The paper survived as a weekly until 1860 and then for three more years as a monthly.

1848. Douglass attends the first women's rights convention at Seneca Falls, NY and advocates the right to vote for women. While he roamed far beyond his original bounds, his wife, though hard-working, remained uneducated and politically unambitious. In England he met Julia Griffiths and brought her home to live with him in the Rochester family house as a tutor for his children and for wife Anna in 1848. But his effort with his wife failed and Anna remained almost totally illiterate until her death.

A scandal erupted when Julia Griffiths began to serve as Douglass's office and business manager and soon became his almost constant companion. She arranged his lectures, dealt with the paper's finances and accompanied him to meetings. People in Rochester gradually adjusted to the sight of the black leader and the white woman walking arm in arm down the street.

1849a. Annie Douglass, Frederick's last child, is born.

1849b. On May 5 Douglass is attacked by gang of toughs when he walks along Battery in New York City with two British women friends, Julia and Eliza Griffiths.

1850a. Publishes an attack on the Compromise of 1850 and the new fugitive-slave law.

1851a. Changes the name of North Star to Frederick Douglass' Paper. Helps three fugitive Maryland slaves escape to Canada as "Station Master" of the Rochester terminus of the Underground Railroad(read more).

1851b. Julia Griffiths helped put the 'North Star's' finances in order.

Julia Griffiths was one of six founders of the Rochester Ladies' Anti-Slavery and Sewing Society. The "Sewing" was later dropped. By March, 1852, the Society had grown to nineteen members, when they held the first of their Festivals, or bazaars. In these events, held annually for over a decade, the women of the Society raised money through the sale of items made locally or contributed by other anti-slavery societies as far away as Britain, and through gate receipts for lectures by Frederick Douglass, Gerrit Smith, or other activists held in the Corinthian Hall. The first Festival was advertised in newspapers as far away as New York, Philadelphia, and Washington, D.C., and by all accounts, it was a rousing success, netting over $250. Following on the heels of this bazaar, the Society intensified their fund raising efforts, matching success with success. In 1853, Julia Griffiths edited Autographs for freedom, a collection of antislavery essays by William Wells and Black mathematician Charles Reason and others, with facsimile signatures of the contributors, which sold so well that a second edition was prepared the following year. In the winter of 1854-55, the Society also sponsored its first annual lecture series, bringing in renowned speakers. Once again, the Society found a large and receptive audience for their message. Colleagues in British antislavery societies provided an important and regular source of funds through bazaars held on behalf of the Rochester Society. By the late 1850s, the annual receipts of the Society surpassed $1,500.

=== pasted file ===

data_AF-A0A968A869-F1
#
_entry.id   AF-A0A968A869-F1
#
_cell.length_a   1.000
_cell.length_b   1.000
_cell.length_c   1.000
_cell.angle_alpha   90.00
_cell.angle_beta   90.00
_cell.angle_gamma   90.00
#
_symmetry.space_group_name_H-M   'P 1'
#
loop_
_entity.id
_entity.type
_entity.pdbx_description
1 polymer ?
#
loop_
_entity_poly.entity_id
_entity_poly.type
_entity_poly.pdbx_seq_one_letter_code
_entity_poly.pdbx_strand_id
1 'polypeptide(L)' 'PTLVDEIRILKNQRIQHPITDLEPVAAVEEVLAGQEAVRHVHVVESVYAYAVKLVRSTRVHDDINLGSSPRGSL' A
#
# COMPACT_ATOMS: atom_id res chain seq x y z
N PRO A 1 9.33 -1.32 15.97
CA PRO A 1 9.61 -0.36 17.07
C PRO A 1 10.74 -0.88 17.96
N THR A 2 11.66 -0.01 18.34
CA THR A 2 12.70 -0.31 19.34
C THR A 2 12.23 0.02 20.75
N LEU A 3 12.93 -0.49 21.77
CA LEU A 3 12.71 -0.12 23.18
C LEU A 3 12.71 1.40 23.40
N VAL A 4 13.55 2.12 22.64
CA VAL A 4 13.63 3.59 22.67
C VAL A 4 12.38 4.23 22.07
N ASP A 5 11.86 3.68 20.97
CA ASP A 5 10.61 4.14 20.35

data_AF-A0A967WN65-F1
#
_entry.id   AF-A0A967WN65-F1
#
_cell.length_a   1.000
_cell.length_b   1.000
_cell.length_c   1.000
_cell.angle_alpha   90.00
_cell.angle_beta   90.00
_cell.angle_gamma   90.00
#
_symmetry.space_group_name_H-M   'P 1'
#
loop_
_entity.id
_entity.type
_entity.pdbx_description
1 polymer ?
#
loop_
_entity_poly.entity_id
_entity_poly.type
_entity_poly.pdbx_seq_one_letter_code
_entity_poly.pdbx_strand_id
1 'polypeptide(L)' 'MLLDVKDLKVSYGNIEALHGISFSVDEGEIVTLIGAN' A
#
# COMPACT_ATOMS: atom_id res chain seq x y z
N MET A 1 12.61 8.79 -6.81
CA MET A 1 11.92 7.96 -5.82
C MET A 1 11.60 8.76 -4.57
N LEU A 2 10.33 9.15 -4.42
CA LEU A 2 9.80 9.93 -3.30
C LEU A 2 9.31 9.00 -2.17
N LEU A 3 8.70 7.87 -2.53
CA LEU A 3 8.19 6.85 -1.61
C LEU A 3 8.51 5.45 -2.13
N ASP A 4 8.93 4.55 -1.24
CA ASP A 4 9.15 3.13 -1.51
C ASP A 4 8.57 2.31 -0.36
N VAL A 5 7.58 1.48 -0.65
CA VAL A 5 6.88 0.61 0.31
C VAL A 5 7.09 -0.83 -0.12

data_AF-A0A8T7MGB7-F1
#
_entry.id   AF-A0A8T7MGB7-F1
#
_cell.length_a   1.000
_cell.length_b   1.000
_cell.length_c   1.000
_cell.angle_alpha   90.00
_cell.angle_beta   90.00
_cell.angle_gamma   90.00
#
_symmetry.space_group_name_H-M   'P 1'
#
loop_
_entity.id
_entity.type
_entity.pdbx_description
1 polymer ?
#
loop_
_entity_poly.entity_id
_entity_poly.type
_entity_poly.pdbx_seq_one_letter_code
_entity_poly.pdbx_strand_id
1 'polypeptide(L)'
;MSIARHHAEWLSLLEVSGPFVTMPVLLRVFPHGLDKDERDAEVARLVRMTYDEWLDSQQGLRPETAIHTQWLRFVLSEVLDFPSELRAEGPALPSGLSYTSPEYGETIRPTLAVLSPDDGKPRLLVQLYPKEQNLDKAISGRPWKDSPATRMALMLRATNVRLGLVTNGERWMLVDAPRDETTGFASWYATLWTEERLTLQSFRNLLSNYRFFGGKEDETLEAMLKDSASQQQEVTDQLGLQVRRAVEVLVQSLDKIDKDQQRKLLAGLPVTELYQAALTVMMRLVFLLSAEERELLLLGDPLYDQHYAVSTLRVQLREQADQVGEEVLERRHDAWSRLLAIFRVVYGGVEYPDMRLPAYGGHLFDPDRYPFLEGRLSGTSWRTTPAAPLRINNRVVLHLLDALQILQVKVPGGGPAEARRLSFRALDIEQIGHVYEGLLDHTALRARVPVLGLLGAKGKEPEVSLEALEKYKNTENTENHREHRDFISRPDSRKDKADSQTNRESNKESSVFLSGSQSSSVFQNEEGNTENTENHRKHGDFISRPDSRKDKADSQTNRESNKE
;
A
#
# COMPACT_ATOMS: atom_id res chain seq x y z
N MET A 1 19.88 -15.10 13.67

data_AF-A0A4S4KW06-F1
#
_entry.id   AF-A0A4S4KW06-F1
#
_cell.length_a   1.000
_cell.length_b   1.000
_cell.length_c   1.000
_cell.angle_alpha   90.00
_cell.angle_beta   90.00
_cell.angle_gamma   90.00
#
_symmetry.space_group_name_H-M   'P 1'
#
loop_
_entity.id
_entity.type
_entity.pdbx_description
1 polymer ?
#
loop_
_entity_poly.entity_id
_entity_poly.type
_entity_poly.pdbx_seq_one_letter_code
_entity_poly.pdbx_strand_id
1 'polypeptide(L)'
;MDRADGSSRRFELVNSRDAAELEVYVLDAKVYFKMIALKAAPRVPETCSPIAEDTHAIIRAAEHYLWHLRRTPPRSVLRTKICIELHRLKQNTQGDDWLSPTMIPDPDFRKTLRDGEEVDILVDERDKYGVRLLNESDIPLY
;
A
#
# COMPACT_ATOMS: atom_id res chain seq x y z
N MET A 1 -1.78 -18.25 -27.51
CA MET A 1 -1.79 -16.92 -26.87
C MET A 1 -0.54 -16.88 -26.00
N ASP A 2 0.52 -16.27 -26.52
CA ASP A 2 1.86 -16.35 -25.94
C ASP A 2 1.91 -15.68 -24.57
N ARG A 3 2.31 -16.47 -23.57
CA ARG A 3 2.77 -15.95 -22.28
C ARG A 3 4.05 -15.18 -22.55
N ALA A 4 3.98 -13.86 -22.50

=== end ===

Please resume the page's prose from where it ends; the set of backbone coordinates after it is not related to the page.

The bulk of the money raised by the Society was used in the important task of keeping Frederick Douglass' Paper solvent, but money was also used to help support a school for freedmen in Kansas and for the publication and distribution of anti-slavery literature in Kentucky. The Society played a crucial support role in one stretch of the Underground Railroad, providing small cash gifts directly to fugitive slaves to aid them on the last leg of their escape to Canada. The Society's annual reports for 1855 and 1856 listed 136 fugitives who had passed through Rochester with the Society's help, and by the following year, they had begun to develop a connection with veteran "railroad" engineer, Harriet Tubman. The pro-slavery pessure and Black and White lover scandal became too much and in 1855 Julia Griffiths returned to England and got married